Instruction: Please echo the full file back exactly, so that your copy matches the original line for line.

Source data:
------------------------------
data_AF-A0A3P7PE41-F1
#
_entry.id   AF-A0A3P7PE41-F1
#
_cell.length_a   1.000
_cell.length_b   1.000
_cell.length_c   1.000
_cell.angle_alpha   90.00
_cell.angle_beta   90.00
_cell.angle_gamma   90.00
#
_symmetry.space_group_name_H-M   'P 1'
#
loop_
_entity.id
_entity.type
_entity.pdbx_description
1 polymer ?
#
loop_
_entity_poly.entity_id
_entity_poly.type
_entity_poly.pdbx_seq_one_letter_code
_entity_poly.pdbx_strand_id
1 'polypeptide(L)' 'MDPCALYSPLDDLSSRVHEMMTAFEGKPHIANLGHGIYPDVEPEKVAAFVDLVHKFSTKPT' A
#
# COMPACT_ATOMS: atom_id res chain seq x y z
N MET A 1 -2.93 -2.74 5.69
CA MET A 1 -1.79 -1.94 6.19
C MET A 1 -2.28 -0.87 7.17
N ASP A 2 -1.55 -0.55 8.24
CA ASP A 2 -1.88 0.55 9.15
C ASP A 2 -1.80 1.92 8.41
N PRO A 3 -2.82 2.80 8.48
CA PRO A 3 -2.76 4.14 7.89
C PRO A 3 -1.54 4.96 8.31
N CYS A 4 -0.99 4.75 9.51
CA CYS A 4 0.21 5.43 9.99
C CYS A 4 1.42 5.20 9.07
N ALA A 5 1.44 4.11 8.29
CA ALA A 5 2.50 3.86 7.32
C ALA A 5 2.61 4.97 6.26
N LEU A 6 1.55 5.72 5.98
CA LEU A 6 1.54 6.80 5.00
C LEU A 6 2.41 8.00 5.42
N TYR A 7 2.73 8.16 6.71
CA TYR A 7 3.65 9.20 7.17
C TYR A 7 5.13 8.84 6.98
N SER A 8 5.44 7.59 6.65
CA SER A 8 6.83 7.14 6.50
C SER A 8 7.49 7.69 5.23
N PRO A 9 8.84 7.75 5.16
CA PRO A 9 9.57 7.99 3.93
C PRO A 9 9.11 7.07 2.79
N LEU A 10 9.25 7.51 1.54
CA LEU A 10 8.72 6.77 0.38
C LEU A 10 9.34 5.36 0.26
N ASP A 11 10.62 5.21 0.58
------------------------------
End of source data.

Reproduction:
data_AF-A0A3P7PE41-F1
#
_entry.id   AF-A0A3P7PE41-F1
#
_cell.length_a   1.000
_cell.length_b   1.000
_cell.length_c   1.000
_cell.angle_alpha   90.00
_cell.angle_beta   90.00
_cell.angle_gamma   90.00
#
_symmetry.space_group_name_H-M   'P 1'
#
loop_
_entity.id
_entity.type
_entity.pdbx_description
1 polymer ?
#
loop_
_entity_poly.entity_id
_entity_poly.type
_entity_poly.pdbx_seq_one_letter_code
_entity_poly.pdbx_strand_id
1 'polypeptide(L)' 'MDPCALYSPLDDLSSRVHEMMTAFEGKPHIANLGHGIYPDVEPEKVAAFVDLVHKFSTKPT' A
#
# COMPACT_ATOMS: atom_id res chain seq x y z
N MET A 1 -2.93 -2.74 5.69
CA MET A 1 -1.79 -1.94 6.19
C MET A 1 -2.28 -0.87 7.17
N ASP A 2 -1.55 -0.55 8.24
CA ASP A 2 -1.88 0.55 9.15
C ASP A 2 -1.80 1.92 8.41
N PRO A 3 -2.82 2.80 8.48
CA PRO A 3 -2.76 4.14 7.89
C PRO A 3 -1.54 4.96 8.31
N CYS A 4 -0.99 4.75 9.51
CA CYS A 4 0.21 5.43 9.99
C CYS A 4 1.42 5.20 9.07
N ALA A 5 1.44 4.11 8.29
CA ALA A 5 2.50 3.86 7.32
C ALA A 5 2.61 4.97 6.26
N LEU A 6 1.55 5.72 5.98
CA LEU A 6 1.54 6.80 5.00
C LEU A 6 2.41 8.00 5.42
N TYR A 7 2.73 8.16 6.71
CA TYR A 7 3.65 9.20 7.17
C TYR A 7 5.13 8.84 6.98
N SER A 8 5.44 7.59 6.65
CA SER A 8 6.83 7.14 6.50
C SER A 8 7.49 7.69 5.23
N PRO A 9 8.84 7.75 5.16
CA PRO A 9 9.57 7.99 3.93
C PRO A 9 9.11 7.07 2.79
N LEU A 10 9.25 7.51 1.54
CA LEU A 10 8.72 6.77 0.38
C LEU A 10 9.34 5.36 0.26
N ASP A 11 10.62 5.21 0.58